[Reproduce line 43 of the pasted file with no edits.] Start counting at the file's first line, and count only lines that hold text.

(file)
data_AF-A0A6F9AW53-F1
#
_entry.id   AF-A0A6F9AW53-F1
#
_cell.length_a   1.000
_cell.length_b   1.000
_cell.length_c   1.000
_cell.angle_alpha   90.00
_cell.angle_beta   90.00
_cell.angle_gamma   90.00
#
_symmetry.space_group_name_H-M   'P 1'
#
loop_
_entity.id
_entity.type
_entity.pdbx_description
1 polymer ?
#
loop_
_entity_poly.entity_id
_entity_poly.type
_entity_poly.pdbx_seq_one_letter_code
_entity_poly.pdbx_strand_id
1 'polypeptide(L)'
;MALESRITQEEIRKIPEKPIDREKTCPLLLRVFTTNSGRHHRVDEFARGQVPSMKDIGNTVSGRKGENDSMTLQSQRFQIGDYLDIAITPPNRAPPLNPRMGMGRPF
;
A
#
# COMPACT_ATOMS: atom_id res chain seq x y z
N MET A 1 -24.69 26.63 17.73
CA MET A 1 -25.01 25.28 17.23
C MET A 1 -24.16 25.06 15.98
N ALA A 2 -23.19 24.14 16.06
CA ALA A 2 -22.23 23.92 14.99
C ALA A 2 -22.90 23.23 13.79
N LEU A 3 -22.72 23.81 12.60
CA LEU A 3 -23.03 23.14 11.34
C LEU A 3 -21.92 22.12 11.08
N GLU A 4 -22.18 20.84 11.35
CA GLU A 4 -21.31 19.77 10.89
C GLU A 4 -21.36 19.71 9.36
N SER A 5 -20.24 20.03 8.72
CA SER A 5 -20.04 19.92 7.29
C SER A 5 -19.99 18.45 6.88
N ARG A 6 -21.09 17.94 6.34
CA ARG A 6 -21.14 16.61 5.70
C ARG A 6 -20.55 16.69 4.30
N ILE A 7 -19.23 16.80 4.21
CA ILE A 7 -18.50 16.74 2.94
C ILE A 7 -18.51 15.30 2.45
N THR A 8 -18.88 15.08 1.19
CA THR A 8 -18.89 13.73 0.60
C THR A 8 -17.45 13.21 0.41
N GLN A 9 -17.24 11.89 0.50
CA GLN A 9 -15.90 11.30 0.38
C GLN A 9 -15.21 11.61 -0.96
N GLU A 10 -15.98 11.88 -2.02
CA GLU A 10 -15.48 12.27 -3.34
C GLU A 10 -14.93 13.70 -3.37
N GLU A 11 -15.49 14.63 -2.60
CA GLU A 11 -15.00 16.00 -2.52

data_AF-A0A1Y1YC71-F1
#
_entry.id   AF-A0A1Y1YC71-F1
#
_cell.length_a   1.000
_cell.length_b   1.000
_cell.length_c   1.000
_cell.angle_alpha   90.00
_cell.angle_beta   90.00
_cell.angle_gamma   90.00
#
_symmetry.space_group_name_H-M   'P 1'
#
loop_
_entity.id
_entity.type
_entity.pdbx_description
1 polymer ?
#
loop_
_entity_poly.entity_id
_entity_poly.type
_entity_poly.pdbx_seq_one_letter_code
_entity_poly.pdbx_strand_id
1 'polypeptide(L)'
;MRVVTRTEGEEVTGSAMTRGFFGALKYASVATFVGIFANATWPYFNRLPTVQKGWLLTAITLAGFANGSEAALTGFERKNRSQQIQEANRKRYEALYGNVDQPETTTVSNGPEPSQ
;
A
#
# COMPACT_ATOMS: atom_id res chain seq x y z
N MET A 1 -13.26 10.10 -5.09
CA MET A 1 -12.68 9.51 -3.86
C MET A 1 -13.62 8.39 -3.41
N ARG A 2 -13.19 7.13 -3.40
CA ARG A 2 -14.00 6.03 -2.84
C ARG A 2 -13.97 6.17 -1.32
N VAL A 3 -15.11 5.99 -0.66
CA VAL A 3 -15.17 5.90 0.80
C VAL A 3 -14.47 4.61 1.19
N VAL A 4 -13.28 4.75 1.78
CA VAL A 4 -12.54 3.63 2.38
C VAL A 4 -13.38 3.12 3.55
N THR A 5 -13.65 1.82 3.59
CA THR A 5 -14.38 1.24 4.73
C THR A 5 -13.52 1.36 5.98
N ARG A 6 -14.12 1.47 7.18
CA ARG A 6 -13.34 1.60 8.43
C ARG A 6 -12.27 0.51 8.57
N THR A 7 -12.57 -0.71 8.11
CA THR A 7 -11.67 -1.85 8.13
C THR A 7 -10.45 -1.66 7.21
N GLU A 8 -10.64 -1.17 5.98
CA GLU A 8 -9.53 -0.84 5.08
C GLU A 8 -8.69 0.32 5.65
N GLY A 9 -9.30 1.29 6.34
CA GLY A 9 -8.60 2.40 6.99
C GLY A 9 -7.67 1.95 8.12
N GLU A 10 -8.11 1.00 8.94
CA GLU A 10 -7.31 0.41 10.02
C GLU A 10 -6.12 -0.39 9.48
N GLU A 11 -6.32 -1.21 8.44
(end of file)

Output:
N SER A 5 -20.24 20.03 8.72